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Credit: Olivia Bailey/FFI.

Swapping Transylvanian vampires for bears and wild boar

Posted on: 28.09.16 (Last edited) 9 February 2017

Fauna & Flora International’s Olivia Bailey describes her night-time adventures searching for bears in Romania while assisting with a conservation film project.

Twilight. The mysterious time before dusk when the sun has almost set and the shadows of night are creeping in. As most people yawn and make their way home, a group of five abandon their vehicle and trek deep into a Transylvanian forest. Sometime later brown bears begin to stir from their slumber for a night of foraging.

What are we doing late at night in the middle of a forest you ask? We’re going on a bear hunt. Figuratively speaking of course!

Fauna & Flora International (FFI) is working to protect Transylvania’s Zarand landscape corridor with forests of European importance which contain brown bears, wolves, and Eurasian lynx. I was in Romania to help with the production of a film showcasing the positive impact FFI’s work is having on communities, wildlife and the landscape.

Brown bear caught on camera trap.

Brown bear caught on camera trap.

If you go down to the woods today…

We were off to a promising start as we trudged up-hill and spotted fresh bear paw prints in the mud. I was impressed by just how large and deep they were; never having seen a wild bear before it was difficult to fully comprehend just how big one would be – particularly if I ended up face-to-face with it!

Hiking through the forest there was a sense of urgency to arrive at our destination – a raised wooden hide – as quickly as we could. We planned to arrive five hours early because bears have an acute sense of smell and will often avoid areas with unfamiliar human odours.

Squashed into the hide, the five of us whiled away the hours until dark in stilted, whispered conversation, wincing at the extraordinary amount of noise one plastic pretzel bag can make when opened. We sat, waited and crossed our fingers all the while hoping to catch a glimpse of a bear.

Around midnight, when we were at risk of entering a sleepy state of stupor, we heard rustling and low grunting – not a bear but wild boar foraging nearby. However, the wild boar quickly moved away and all was quiet again, until eventually the pitter-patter of rain hitting the roof sadly washed away our chances of seeing a bear.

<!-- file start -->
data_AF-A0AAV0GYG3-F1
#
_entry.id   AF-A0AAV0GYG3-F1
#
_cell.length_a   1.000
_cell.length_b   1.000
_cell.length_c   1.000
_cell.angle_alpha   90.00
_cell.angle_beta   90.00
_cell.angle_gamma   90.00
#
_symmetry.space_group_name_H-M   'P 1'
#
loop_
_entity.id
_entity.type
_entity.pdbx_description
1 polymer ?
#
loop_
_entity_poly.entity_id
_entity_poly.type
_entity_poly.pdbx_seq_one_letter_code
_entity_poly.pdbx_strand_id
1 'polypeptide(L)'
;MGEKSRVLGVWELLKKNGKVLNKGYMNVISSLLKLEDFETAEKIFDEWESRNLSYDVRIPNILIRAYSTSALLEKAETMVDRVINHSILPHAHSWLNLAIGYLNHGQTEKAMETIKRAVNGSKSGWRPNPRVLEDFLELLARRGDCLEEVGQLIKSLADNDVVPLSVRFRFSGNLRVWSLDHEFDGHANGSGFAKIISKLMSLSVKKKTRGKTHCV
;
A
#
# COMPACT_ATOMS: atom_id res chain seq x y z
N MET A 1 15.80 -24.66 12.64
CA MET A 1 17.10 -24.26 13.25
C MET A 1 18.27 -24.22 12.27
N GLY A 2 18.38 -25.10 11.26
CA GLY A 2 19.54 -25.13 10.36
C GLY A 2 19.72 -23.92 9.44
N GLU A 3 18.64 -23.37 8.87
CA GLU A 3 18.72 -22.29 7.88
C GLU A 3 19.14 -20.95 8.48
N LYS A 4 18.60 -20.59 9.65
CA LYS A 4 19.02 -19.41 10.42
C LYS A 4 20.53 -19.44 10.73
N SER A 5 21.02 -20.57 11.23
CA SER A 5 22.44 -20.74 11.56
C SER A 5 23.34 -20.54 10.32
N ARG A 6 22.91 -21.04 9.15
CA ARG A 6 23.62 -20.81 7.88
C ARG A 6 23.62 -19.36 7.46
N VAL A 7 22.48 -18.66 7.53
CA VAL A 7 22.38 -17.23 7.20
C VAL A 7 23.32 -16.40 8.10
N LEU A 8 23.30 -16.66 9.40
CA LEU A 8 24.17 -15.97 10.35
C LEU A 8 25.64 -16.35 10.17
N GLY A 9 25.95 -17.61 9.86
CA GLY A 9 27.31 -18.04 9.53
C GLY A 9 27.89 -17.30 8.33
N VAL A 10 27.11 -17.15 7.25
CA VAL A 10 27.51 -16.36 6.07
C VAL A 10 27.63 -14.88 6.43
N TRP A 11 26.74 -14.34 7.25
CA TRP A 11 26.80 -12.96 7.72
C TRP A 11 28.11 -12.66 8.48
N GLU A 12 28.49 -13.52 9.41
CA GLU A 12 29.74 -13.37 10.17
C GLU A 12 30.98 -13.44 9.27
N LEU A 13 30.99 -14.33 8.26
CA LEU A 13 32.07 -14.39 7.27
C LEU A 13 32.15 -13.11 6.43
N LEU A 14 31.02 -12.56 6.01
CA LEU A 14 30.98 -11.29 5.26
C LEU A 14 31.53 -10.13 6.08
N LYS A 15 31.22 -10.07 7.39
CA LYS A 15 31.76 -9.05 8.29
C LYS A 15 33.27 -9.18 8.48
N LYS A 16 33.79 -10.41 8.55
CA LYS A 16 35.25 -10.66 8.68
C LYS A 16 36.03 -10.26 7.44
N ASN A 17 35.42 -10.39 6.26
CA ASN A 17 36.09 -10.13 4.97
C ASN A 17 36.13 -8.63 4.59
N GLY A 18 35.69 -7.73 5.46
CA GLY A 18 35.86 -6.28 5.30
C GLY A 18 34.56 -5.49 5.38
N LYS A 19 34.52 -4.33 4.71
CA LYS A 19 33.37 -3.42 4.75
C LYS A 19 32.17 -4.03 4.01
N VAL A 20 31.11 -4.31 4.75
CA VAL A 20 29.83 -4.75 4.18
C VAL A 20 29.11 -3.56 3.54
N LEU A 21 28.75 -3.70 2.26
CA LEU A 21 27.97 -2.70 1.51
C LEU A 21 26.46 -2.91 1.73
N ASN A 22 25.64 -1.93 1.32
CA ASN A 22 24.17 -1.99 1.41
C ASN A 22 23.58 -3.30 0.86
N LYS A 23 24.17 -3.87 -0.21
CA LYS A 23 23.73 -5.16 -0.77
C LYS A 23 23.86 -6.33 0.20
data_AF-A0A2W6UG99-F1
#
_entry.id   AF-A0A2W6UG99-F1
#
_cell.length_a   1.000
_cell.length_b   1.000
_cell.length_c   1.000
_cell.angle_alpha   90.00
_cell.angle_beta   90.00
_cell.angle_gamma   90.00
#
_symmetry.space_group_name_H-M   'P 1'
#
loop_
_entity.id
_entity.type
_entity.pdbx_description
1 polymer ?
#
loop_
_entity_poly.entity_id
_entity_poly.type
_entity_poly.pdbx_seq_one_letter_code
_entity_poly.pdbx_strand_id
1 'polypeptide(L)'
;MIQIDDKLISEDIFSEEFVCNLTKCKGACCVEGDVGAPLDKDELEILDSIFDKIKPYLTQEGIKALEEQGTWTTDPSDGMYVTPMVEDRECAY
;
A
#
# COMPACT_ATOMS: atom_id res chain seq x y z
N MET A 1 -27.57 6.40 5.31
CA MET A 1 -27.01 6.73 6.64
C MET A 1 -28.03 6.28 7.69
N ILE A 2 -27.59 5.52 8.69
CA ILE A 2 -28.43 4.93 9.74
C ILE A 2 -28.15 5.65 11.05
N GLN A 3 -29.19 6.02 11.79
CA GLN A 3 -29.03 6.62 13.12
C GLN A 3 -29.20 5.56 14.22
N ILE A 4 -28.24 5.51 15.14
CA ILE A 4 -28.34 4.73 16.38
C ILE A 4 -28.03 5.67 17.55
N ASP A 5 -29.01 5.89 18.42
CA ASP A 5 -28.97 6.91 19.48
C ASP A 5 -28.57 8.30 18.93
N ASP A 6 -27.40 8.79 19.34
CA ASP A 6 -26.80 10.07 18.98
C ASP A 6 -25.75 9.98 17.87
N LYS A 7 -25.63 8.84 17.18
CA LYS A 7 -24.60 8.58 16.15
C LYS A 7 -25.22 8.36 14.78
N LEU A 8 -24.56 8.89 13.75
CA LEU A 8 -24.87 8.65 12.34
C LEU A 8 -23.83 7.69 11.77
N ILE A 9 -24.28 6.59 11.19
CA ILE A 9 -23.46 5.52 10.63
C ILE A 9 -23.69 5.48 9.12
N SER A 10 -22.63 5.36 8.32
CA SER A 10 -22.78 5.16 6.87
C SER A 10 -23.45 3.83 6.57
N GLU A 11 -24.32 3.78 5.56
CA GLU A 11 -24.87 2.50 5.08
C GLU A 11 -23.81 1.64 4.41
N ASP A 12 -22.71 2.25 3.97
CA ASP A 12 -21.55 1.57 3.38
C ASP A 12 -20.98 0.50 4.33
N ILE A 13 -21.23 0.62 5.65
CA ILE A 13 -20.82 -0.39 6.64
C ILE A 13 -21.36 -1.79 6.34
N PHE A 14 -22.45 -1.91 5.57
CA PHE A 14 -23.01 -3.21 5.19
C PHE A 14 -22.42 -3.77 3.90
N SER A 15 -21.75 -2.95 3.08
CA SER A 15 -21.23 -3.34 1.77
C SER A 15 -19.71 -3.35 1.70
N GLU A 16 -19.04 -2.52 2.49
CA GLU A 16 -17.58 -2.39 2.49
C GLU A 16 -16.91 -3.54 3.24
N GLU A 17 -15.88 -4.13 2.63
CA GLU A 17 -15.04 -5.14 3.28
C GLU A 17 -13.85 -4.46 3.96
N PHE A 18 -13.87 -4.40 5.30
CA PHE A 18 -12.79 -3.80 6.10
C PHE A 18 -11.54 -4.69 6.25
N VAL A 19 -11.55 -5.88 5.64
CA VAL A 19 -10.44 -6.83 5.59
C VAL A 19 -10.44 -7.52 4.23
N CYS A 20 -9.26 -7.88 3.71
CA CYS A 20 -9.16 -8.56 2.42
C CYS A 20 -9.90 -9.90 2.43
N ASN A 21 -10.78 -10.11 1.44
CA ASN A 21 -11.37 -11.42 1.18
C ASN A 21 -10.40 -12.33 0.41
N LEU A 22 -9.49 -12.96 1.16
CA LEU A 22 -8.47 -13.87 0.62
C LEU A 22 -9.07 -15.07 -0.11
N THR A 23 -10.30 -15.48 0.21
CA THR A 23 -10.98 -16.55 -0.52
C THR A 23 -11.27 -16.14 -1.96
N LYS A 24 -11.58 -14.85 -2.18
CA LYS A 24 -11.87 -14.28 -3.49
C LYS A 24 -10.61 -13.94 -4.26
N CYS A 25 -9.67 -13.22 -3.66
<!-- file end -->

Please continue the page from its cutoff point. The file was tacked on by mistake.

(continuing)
In the pitch black, with only the light from our head-torches to see, we splashed through the mud back to the warmth of the car. As we hurried through the dark forest I couldn’t help but wonder where the bear that had left those enormous paw prints was now…

Recording the geographical coordinates of where these bear paw prints were found. Credit: Adi Ciurdarescu.

Recording the geographical coordinates of bear paw prints. Credit: Adi Ciurdarescu/FFI.

Filming FFI’s Zarand project

Despite not being able to film any bears we did capture plenty of footage from this beautiful landscape. We are using this footage to create three short films that will centre on the themes of human-wildlife conflict, socio-economic change and landscape fragmentation.

Reducing human-wildlife conflict

FFI, local partner Zarand Association and the Gendarmerie are working to improve negative attitudes towards wolves and other wildlife by working with shepherds and farmers. By providing electric fences and Carpathian shepherd dogs to better protect sheep, incidents of wolves stealing sheep should reduce and it is hoped that perceptions of these carnivores and the damage they cause, will improve.

Putting up electric fences to protect sheep from wolves at night. Credit: Olivia Bailey/FFI.

Putting up electric fences to protect sheep from wolves at night. Credit: Olivia Bailey/FFI.

The Gendarmerie patrols the forests for poachers and illegal snares which can trap wolves and bears. Credit: Olivia Bailey/FFI.

The Gendarmerie patrols the forests for poachers and illegal snares which can trap wolves and bears. Credit: Olivia Bailey/FFI.

Working with communities